Excellent!! John Corey, Ex-NYPD, now Mideast Task Force Agent, is on the trail of a blood thirsty assassin, nicknamed the Lion. Tracking him across the US with his partner and new love, Kate Mayfield, Corey not only makes contact with the terror suspect, but manages to put himself on his hit-list with his wise mouth. His wisecracks crack me up!! Even had to laugh out loud a couple of times. This is a 926 page thriller, but, believe me..it never gets boring. Good Read!!!
Nelson DeMille is one of my favorite authors, and I think this is one of his bests books!
A FAST EXCITING READ, DeMILLE IS ON HIS GAME AGAIN.
JOHN COREY BOOKS ARE FAST PACED WITH A SPRINKLING OF HUMOR.
John Corey and Asad Khalil have both lived hard-knock lives. As revealed in Nelson DeMille's monster bestseller Plum Island, the gruff, wisecracking NYPD homicide cop Corey stopped a hail of bullets--but he couldn't stop his wife from walking out on him. Asad, raised under Muammar Qaddafi's eye after his dad's murder, lost his surviving family in the 1986 bombing of Libya. He's heard the nasty rumors about his mom and the colonel, but he aims his rage at the infidels. The boy's got such a gift for terrorism he's earned the nickname "the Lion," and Boris, his vodka-sozzled, sex-addicted émigré mentor, knows precisely how to conduct a murder tour of America one step ahead of the police, the FBI, the CIA, and the ATTF (Anti-Terrorist Task Force), which combines members of all three. A pity Boris must die, but hey, he's an infidel too.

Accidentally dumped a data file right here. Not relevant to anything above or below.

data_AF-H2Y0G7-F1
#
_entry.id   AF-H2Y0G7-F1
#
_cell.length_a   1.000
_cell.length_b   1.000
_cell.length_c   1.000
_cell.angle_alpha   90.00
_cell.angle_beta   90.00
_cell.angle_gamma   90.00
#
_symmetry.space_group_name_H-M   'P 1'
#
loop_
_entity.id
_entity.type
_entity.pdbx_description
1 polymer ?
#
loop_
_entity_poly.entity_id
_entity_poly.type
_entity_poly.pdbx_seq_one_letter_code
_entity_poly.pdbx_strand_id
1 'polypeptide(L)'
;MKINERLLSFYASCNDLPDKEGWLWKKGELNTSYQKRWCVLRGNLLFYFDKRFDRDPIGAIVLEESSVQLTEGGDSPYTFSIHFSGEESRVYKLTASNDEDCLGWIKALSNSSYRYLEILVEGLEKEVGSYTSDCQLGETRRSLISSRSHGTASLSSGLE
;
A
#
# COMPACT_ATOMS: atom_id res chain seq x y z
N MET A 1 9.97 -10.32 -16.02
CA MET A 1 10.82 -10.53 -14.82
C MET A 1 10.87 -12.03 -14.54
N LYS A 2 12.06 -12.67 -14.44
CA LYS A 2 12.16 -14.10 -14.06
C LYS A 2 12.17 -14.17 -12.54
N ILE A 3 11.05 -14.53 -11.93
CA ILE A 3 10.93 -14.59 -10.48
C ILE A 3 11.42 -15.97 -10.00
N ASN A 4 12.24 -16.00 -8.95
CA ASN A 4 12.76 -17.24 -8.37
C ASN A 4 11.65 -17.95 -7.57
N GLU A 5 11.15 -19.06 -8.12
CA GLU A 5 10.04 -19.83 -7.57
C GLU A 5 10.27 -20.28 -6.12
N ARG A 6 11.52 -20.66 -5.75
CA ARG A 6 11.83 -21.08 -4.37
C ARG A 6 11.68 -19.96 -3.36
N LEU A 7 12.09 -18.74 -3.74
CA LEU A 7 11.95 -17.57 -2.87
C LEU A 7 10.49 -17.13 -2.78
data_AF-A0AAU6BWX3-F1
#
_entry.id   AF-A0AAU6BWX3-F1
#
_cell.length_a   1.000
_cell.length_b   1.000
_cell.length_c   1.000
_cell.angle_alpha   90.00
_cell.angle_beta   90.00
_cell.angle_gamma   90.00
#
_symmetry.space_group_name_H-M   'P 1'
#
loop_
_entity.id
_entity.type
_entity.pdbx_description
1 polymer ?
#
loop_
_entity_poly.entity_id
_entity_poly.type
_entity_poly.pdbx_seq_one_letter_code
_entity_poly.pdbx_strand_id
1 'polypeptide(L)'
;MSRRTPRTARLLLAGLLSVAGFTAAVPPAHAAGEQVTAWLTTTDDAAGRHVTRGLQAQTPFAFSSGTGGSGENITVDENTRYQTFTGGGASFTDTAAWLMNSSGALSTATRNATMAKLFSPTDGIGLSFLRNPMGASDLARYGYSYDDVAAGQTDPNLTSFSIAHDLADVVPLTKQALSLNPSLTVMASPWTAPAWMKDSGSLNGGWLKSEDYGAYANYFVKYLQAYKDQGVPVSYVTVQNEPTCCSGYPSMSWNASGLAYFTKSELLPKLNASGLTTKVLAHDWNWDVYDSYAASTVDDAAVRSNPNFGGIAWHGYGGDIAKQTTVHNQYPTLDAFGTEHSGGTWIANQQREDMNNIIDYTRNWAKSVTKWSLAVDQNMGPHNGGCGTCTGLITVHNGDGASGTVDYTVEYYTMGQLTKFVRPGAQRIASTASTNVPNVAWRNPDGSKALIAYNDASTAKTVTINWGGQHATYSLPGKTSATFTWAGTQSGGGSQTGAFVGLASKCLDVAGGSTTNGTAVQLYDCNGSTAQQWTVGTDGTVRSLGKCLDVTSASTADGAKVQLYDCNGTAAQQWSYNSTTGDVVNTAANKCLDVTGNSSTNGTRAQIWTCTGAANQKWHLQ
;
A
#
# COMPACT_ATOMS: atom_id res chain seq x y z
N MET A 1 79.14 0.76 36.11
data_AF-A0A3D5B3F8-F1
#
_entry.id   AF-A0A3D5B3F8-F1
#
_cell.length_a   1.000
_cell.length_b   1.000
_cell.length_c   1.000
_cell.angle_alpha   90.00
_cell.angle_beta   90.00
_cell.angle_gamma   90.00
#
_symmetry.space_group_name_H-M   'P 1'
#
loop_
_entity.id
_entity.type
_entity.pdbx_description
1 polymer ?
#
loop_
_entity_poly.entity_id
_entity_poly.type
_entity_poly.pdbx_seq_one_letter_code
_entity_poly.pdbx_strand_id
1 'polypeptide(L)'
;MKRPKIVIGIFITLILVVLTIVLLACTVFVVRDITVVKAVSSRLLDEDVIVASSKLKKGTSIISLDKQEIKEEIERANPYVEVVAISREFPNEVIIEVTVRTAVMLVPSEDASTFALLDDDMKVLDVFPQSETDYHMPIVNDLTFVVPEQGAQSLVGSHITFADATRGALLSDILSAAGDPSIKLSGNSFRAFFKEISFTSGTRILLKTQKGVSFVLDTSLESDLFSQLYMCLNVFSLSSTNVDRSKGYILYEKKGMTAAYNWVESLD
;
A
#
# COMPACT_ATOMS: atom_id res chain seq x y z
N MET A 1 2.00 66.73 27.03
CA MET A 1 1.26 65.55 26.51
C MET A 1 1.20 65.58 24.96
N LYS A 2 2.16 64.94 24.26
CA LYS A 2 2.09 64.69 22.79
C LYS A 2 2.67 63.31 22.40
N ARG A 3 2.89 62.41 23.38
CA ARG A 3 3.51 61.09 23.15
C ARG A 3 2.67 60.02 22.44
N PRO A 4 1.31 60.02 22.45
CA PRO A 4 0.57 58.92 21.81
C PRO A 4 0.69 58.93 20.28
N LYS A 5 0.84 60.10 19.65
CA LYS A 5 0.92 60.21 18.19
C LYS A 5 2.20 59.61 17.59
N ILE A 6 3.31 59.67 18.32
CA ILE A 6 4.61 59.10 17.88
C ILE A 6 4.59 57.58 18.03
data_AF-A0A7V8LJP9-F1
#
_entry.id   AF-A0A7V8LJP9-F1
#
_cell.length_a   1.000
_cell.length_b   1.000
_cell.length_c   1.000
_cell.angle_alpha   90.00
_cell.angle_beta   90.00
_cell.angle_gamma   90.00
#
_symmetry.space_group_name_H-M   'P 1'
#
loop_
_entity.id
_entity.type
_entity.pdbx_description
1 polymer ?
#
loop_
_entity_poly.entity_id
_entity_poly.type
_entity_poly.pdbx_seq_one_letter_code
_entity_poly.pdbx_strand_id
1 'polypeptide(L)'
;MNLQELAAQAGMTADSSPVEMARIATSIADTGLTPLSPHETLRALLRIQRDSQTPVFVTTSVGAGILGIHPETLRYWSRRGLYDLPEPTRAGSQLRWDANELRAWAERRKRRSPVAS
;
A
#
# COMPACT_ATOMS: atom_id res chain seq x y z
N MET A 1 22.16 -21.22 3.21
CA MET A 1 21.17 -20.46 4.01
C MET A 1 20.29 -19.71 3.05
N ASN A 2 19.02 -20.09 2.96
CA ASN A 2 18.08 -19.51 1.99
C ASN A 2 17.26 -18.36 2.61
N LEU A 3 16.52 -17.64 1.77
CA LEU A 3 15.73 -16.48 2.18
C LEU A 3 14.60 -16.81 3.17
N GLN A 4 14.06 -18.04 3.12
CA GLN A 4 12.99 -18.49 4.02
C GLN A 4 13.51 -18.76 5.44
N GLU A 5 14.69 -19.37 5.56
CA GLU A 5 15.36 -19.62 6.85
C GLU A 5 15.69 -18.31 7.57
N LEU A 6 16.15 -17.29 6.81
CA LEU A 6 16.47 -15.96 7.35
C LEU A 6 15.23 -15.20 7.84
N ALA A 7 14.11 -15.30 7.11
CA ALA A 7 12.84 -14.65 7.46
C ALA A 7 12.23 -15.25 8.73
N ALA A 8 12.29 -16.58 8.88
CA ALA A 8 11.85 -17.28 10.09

John Corey, former NYPD Homicide detective and star of DeMille's Plum Island, is back in this breezily narrated high-octane thriller about the hunt for a Libyan terrorist who has set his sights on some very specific targets--the Americans who bombed Libya on April 15, 1986. The novel begins with a tense airport scene--a transcontinental flight from Paris is flying into New York, and no one has been able to contact the pilot via radio. On the flight is Asad Khalil, a Libyan defector who will be met by Special Contract Agent Corey, his FBI "mentor" Kate Mayfield, and the rest of the Federal Anti-Terrorist Task Force. But when the plane lands, everyone on board is dead--except Khalil, who disappears after attacking the ATTF's airport headquarters. Has he left the country? Not if John Corey's right--and we know he is, thanks to gripping third-person chapters detailing Khalil's mission alternating with Corey's easy-going first-person narration. And by making Khalil, who lost most of his family in the 1986 bombing, as much of a protagonist as Corey, DeMille adds several shades of gray to what in less skillful hands might have been cartoonishly black and white. If anything, the reader ends up rooting for the bad guy, Khalil, with his mission of vengeance, is a more complex character than John Corey, who never drops his ex-cop bravado (thus trivializing a romance that moves from first date to proposal of marriage within the few days the plot covers). But as usual, DeMille artfully constructs a compulsively readable thriller around a troubling story line, slowly developing his villain from a faceless entity into a nation's all-too-human nemesis.
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